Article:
Technology stocks had been leading the market higher in 2017, with the tech-heavy Nasdaq Index notching an all-time high in early June. The FAANG stocks—Facebook, Apple, Amazon, Netflix, and Google—have been major contributors, but those stocks have recently shown some weakness. For investors, it may be worth remembering that those aren’t the only stories in tech.
Viewpoints, Fidelity’s digital publication of market insights, recently caught up with a few Fidelity fund managers to find out where they are searching for tech opportunities. Among their ideas include international tech, Internet services, machine learning, and software as a service (SaaS). While these areas are developing fast and creating attractive investment potential, this trend could spell bad news for legacy hardware providers.
Why I am looking at international tech investments
Charlie Chai, Fidelity Select Technology Portfolio
I continue to look for new ideas in international markets, where many companies are undiscovered or under-followed by research analysts. I believe these markets are a source of compelling growth opportunities.
For example, in the consumer segment, Internet services and e-commerce companies remain attractive growers, especially those that sit at the intersection of the social, mobile, and local investing themes. In Asian markets—especially China, South Korea, and Japan—these industries have generally seen a pace of innovation as fast as, if not faster than, their Western peers. This pace has been driven by a more lenient regulatory environment and by incumbent companies in certain industries that are much less developed than their Western counterparts.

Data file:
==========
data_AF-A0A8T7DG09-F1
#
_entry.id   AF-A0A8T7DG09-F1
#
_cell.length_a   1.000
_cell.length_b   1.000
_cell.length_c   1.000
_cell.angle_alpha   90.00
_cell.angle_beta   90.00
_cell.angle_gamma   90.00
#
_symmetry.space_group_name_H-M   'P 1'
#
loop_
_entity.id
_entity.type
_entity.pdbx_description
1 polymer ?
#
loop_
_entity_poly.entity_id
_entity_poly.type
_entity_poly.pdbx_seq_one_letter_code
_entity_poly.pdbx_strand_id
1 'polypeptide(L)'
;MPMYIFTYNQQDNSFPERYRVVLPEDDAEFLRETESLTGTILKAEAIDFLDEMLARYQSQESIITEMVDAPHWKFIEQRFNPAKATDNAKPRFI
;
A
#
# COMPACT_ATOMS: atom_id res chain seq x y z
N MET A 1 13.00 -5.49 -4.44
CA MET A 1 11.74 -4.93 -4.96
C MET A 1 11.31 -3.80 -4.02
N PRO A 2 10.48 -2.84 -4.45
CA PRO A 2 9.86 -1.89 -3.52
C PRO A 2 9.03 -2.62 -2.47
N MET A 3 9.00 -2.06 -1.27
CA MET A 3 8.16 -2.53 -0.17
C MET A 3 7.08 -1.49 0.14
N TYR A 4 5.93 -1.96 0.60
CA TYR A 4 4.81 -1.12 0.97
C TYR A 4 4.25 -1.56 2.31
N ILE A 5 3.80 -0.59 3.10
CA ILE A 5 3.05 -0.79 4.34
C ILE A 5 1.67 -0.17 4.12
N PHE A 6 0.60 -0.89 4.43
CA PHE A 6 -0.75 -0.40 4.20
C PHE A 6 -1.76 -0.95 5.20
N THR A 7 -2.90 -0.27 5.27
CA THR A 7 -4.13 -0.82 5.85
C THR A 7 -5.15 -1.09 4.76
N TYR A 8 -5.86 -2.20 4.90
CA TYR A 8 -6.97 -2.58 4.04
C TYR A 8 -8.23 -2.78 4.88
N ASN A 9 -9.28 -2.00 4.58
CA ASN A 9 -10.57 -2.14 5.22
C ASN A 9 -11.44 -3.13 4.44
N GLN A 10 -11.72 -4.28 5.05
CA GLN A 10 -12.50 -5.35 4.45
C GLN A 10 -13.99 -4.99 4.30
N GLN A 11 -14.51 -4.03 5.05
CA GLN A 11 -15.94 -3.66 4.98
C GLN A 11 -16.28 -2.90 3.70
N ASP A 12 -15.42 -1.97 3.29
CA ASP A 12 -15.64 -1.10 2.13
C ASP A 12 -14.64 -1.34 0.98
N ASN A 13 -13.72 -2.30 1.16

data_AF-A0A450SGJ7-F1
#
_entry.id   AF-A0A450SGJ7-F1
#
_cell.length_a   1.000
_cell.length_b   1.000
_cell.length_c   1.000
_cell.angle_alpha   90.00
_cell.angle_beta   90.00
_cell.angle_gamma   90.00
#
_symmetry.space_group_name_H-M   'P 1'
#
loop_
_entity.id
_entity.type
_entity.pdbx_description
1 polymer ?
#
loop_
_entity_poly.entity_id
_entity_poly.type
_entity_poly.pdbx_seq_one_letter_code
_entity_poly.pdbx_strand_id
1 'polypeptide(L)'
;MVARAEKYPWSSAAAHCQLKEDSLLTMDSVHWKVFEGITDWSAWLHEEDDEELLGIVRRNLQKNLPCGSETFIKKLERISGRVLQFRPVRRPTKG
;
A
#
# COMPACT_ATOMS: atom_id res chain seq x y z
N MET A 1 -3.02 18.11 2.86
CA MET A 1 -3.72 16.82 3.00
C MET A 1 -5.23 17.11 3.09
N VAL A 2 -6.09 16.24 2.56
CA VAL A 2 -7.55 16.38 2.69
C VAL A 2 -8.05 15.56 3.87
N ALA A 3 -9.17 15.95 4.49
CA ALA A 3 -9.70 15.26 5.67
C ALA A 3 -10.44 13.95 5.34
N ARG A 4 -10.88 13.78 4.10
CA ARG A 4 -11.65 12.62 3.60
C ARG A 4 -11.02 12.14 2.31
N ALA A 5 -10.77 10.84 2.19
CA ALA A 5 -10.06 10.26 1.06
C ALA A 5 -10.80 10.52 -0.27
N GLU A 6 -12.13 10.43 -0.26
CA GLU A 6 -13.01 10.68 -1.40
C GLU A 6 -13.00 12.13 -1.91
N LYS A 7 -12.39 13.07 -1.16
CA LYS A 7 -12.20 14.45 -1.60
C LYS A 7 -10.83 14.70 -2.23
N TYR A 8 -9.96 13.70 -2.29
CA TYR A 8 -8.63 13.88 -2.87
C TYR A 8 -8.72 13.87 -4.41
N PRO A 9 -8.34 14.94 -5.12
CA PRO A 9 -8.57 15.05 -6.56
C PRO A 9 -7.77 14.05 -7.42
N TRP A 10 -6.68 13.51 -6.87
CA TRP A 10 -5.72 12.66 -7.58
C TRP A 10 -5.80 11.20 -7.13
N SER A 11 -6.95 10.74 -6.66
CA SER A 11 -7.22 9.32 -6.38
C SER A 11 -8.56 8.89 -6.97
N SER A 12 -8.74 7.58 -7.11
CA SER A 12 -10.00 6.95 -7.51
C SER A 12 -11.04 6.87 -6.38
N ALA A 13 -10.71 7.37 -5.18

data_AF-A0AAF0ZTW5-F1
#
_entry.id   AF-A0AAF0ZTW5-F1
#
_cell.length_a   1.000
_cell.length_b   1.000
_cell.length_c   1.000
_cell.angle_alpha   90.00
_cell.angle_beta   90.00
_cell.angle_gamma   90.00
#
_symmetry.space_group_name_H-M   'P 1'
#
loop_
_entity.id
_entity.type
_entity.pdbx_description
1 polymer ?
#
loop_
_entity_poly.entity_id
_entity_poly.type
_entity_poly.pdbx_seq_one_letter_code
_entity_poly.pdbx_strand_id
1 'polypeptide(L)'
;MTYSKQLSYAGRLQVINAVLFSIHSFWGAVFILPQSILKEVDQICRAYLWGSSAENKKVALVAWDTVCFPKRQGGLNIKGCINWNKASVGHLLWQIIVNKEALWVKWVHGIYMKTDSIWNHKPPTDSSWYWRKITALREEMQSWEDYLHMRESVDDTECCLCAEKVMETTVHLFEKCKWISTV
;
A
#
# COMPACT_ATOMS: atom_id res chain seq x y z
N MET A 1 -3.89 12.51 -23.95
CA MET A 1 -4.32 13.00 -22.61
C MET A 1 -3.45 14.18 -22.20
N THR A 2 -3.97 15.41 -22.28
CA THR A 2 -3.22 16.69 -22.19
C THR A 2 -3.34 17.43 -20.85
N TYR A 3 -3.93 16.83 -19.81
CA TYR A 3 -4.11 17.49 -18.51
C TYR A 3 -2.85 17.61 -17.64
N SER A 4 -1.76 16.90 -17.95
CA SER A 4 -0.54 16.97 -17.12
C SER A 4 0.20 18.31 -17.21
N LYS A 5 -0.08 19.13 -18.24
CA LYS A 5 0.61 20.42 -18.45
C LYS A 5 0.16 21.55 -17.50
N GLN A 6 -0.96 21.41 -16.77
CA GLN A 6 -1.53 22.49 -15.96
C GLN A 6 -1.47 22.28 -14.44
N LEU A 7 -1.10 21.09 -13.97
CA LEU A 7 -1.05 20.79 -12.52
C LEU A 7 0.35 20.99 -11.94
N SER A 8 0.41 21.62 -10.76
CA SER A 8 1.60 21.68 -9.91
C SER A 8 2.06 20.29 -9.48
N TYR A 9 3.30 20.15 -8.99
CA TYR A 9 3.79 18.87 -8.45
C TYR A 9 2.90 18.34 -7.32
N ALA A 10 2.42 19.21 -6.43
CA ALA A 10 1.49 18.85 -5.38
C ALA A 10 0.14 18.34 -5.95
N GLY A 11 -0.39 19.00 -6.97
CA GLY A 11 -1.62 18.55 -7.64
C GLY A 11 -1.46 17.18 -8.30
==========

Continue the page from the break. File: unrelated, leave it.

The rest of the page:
Internet finance is another area of rapid growth. Consumer credit offerings have very low penetration in international markets, particularly in China. And in Southeast Asia, smartphone adoption has started to resemble growth trends seen in China three years ago. I believe considerable long-term value will be created in this broad region.
After a period of significant capital inflows, we’ve seen a recent decline in corporate funding activity, which I believe is very positive for existing Internet companies, because it means higher barriers to entry and less competition.
Cloud computing: still in its early stages
Ali Khan, Fidelity Select Software and IT Services Portfolio
Speaking as a software analyst, I’d say that cloud computing is the most important trend I follow. Filtering out the buzzwords, the cloud essentially consists of applications and infrastructure hosted and delivered over the Internet rather than on a customer’s physical premises.
Most software firms are in the early stages of migrating from on-premises deployment of their infrastructure and applications to a cloud-based system. The transition is similar to companies forgoing their own on-site generators to consume electricity via a remote utility.
This type of consolidated architecture enables economies of scale and is truly what has helped Google, Amazon, and other companies build and operate huge computing-intensive cloud services.
Just a few years ago, only peripheral applications such as those for marketing and recruiting were cloud-based. Today, however, the shift has gone mainstream, and we are now seeing companies run their entire business in the cloud—including mission-critical applications such as those for finance and payroll.
Today, an increasing number of Fortune 500 companies are in the process of migrating more of their workloads to the cloud through providers like Amazon Web Services, the current leader in public cloud infrastructure.
From an investment standpoint, I am looking to emphasize companies that can capitalize on this transition. Two recent examples of fund holdings in the cloud space are SaaS (software as a service) firms Salesforce and Workday, which have gained more and more Fortune 500 companies as customers.
If you are considering increasing your focus on tech investing, a good place to start might be researching broad-based tech mutual funds or ETFs.
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